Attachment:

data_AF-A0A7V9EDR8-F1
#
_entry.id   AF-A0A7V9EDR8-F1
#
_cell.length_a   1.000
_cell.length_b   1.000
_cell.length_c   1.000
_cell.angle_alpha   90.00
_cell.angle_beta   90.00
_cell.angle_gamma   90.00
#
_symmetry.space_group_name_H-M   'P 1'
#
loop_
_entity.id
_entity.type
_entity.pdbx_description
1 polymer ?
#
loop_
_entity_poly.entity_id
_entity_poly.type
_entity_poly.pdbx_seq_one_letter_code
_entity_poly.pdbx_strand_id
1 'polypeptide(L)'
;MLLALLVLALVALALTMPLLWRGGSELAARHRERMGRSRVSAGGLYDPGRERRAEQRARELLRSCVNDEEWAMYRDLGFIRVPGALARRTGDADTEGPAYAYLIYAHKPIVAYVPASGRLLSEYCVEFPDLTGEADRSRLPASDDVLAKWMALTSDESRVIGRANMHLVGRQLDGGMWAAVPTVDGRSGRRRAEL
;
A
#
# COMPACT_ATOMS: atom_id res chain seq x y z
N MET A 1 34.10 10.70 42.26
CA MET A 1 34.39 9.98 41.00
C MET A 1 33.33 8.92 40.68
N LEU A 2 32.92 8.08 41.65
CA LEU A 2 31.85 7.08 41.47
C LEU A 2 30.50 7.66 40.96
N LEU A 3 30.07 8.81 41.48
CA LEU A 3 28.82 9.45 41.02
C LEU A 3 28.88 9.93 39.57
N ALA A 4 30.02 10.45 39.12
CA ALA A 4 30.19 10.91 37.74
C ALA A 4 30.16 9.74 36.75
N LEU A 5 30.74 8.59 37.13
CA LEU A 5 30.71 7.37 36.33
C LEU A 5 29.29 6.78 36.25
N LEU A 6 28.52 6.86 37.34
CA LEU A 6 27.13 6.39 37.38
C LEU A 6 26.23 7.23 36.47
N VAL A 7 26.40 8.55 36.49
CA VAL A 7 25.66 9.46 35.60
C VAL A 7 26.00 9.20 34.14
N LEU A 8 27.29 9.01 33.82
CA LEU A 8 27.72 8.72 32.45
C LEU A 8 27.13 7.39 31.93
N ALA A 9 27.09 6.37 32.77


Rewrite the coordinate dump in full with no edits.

data_AF-A0A7V9EDR8-F1
#
_entry.id   AF-A0A7V9EDR8-F1
#
_cell.length_a   1.000
_cell.length_b   1.000
_cell.length_c   1.000
_cell.angle_alpha   90.00
_cell.angle_beta   90.00
_cell.angle_gamma   90.00
#
_symmetry.space_group_name_H-M   'P 1'
#
loop_
_entity.id
_entity.type
_entity.pdbx_description
1 polymer ?
#
loop_
_entity_poly.entity_id
_entity_poly.type
_entity_poly.pdbx_seq_one_letter_code
_entity_poly.pdbx_strand_id
1 'polypeptide(L)'
;MLLALLVLALVALALTMPLLWRGGSELAARHRERMGRSRVSAGGLYDPGRERRAEQRARELLRSCVNDEEWAMYRDLGFIRVPGALARRTGDADTEGPAYAYLIYAHKPIVAYVPASGRLLSEYCVEFPDLTGEADRSRLPASDDVLAKWMALTSDESRVIGRANMHLVGRQLDGGMWAAVPTVDGRSGRRRAEL
;
A
#
# COMPACT_ATOMS: atom_id res chain seq x y z
N MET A 1 34.10 10.70 42.26
CA MET A 1 34.39 9.98 41.00
C MET A 1 33.33 8.92 40.68
N LEU A 2 32.92 8.08 41.65
CA LEU A 2 31.85 7.08 41.47
C LEU A 2 30.50 7.66 40.96
N LEU A 3 30.07 8.81 41.48
CA LEU A 3 28.82 9.45 41.02
C LEU A 3 28.88 9.93 39.57
N ALA A 4 30.02 10.45 39.12
CA ALA A 4 30.19 10.91 37.74
C ALA A 4 30.16 9.74 36.75
N LEU A 5 30.74 8.59 37.13
CA LEU A 5 30.71 7.37 36.33
C LEU A 5 29.29 6.78 36.25
N LEU A 6 28.52 6.86 37.34
CA LEU A 6 27.13 6.39 37.38
C LEU A 6 26.23 7.23 36.47
N VAL A 7 26.40 8.55 36.49
CA VAL A 7 25.66 9.46 35.60
C VAL A 7 26.00 9.20 34.14
N LEU A 8 27.29 9.01 33.82
CA LEU A 8 27.72 8.72 32.45
C LEU A 8 27.13 7.39 31.93
N ALA A 9 27.09 6.37 32.77